Inequality is a historical, social and political construction, and choices are always reversible. Inegalitarian structures vary according to societies and the power of competing views. The international division of labor and the use of natural resources, added to the accumulation of knowledge, affect the samba-enredo. In the path of equality, the difficult battles won against injustices allowed “to transform the correlation of forces and overthrow the institutions fostered by the dominant classes to structure social inequality in their benefit, in order to replace them with new institutions and social, economic and social rules. fairer and more emancipating policies for the population as a whole”. As in the beautiful praise of praxis for change by the Spanish poet Antonio Machado: “Walker, there is no way / if you make the way to the floor".

In all areas of history, ill will deserved analysis and yielded knowledge. In classic reflections on the Republic e The laws, Plato recommended that the differences between rich and poor should not exceed the ratio of one to four. While the Enlightenment philosopher, Jean-Jacques Rousseau, believed that the emergence of private property and its excessive accumulation would be the midwives of inequality and social discord. It is worth mentioning that only after the First Industrial Revolution (steam machine, in textile manufacturing) did evaluations with data and statistics, of relative precision and confidence, start to be made about workers' wages and their standard of living.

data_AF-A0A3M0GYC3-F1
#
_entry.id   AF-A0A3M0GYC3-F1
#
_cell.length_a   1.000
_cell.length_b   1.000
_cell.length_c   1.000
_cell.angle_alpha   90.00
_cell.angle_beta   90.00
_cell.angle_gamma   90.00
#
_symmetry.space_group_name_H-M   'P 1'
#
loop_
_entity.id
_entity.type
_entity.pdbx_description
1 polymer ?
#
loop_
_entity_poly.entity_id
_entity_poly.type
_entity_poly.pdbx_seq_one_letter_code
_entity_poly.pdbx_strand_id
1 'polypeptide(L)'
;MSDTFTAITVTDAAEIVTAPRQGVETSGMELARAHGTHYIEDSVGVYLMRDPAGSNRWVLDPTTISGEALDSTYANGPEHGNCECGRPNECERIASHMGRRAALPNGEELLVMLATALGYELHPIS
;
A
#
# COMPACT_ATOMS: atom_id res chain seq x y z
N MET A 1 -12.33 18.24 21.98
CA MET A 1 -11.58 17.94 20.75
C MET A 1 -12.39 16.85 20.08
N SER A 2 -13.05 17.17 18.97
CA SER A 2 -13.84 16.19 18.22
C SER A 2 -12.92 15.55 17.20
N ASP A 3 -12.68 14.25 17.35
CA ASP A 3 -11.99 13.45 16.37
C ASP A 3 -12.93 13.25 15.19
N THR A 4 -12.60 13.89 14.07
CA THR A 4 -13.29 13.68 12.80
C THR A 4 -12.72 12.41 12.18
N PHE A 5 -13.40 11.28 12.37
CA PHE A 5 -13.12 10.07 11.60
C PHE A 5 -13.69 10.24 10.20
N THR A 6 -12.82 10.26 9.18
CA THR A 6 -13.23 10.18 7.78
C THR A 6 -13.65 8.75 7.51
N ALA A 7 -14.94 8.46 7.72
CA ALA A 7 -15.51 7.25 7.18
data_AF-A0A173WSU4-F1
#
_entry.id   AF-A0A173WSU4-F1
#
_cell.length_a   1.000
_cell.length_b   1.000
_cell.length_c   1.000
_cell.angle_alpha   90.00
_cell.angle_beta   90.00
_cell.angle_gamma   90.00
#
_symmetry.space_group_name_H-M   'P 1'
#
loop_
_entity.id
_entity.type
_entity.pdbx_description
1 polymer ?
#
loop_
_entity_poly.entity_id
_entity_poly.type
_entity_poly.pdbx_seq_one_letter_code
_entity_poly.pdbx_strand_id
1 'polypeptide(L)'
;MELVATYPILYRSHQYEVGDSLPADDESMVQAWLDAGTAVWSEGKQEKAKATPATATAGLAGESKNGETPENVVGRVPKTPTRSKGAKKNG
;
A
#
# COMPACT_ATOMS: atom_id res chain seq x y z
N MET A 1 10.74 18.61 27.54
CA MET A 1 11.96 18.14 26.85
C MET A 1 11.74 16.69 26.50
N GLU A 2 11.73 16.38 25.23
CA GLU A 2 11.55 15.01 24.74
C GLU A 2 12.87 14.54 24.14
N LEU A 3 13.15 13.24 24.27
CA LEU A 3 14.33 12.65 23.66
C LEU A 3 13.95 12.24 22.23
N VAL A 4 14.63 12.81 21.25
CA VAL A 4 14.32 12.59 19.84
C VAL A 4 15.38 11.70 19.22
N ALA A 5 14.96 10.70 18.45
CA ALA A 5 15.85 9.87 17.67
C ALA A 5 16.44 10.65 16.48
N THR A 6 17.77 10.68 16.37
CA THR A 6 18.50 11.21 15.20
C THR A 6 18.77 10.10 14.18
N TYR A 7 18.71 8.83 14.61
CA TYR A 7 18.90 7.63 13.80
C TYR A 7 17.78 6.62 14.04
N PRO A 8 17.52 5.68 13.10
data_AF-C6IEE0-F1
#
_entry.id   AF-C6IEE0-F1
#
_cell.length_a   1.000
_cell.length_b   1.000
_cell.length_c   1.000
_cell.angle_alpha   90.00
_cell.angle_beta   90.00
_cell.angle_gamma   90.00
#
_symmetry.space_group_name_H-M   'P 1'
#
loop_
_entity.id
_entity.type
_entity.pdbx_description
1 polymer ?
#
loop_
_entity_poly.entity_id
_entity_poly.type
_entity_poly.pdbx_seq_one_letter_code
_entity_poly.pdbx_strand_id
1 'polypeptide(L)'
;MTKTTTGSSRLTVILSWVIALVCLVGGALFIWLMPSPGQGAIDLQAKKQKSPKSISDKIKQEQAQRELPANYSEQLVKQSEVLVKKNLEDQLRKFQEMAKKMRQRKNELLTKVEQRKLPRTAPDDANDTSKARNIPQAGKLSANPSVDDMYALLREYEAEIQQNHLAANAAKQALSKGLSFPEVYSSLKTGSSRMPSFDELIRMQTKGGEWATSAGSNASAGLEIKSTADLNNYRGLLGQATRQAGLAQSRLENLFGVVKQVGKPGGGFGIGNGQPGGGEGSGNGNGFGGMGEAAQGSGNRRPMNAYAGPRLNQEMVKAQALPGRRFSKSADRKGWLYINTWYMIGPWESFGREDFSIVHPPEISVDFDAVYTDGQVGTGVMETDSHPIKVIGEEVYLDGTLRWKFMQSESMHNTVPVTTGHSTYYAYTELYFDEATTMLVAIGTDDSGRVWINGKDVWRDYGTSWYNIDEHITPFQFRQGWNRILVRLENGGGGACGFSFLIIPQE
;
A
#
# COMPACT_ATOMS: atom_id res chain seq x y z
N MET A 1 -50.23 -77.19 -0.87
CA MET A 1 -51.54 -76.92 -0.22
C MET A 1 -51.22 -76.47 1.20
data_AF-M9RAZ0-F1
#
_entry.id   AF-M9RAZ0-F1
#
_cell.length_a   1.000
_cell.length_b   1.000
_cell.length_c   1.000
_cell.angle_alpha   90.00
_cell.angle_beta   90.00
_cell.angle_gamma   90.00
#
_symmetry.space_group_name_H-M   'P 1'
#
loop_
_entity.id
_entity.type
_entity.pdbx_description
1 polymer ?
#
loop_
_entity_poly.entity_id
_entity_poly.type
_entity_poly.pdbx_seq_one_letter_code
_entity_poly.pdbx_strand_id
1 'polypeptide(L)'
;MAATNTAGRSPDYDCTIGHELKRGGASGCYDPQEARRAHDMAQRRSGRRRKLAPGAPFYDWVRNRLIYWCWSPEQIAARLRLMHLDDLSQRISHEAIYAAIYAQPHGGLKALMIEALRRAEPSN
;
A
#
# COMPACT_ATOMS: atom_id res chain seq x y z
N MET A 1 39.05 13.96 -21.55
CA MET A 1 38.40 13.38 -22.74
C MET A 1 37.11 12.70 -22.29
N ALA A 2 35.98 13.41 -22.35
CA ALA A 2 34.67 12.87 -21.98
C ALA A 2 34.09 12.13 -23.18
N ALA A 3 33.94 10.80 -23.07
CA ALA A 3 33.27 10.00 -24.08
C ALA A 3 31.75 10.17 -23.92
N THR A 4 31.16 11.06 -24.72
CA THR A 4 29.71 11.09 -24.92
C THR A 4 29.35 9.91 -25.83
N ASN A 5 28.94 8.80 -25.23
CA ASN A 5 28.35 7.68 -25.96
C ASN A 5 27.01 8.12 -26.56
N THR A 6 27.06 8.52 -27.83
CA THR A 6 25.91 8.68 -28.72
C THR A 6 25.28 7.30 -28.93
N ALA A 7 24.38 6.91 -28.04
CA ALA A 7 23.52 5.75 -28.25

The events of the French Revolution led to the extinction of the privileges of the nobility. In 1791, the revolt of the enslaved in São Domingo, which, with the defeat of the French army and the Declaration of Independence, was called Haiti, in return to the denomination of the indigenous people for the island, encouraged the abolition of the Atlantic slave oppression. Without social and union mobilizations, there would be no conquests of labor over capital, to reduce discrepancies over the centuries. In fact, the two world wars can be interpreted as the result of tensions and contradictions linked to the social turmoil prior to 1914, both domestically and internationally. It was the price to pay.

In the United States, a bloody civil war ended the cruelty of slavery in 1865. In 1965, Afro-American mobilizations eliminated persistent racial discrimination (buses, bathrooms, bars, etc.). Confrontations brought down European colonialism in the 1950s and 1960s. The existence of the former USSR forced concessions for a “capitalism with a human face”. The same, with regard to the apartheid South African, in 1994. Rightly, egalitarianism rhymes with humanism.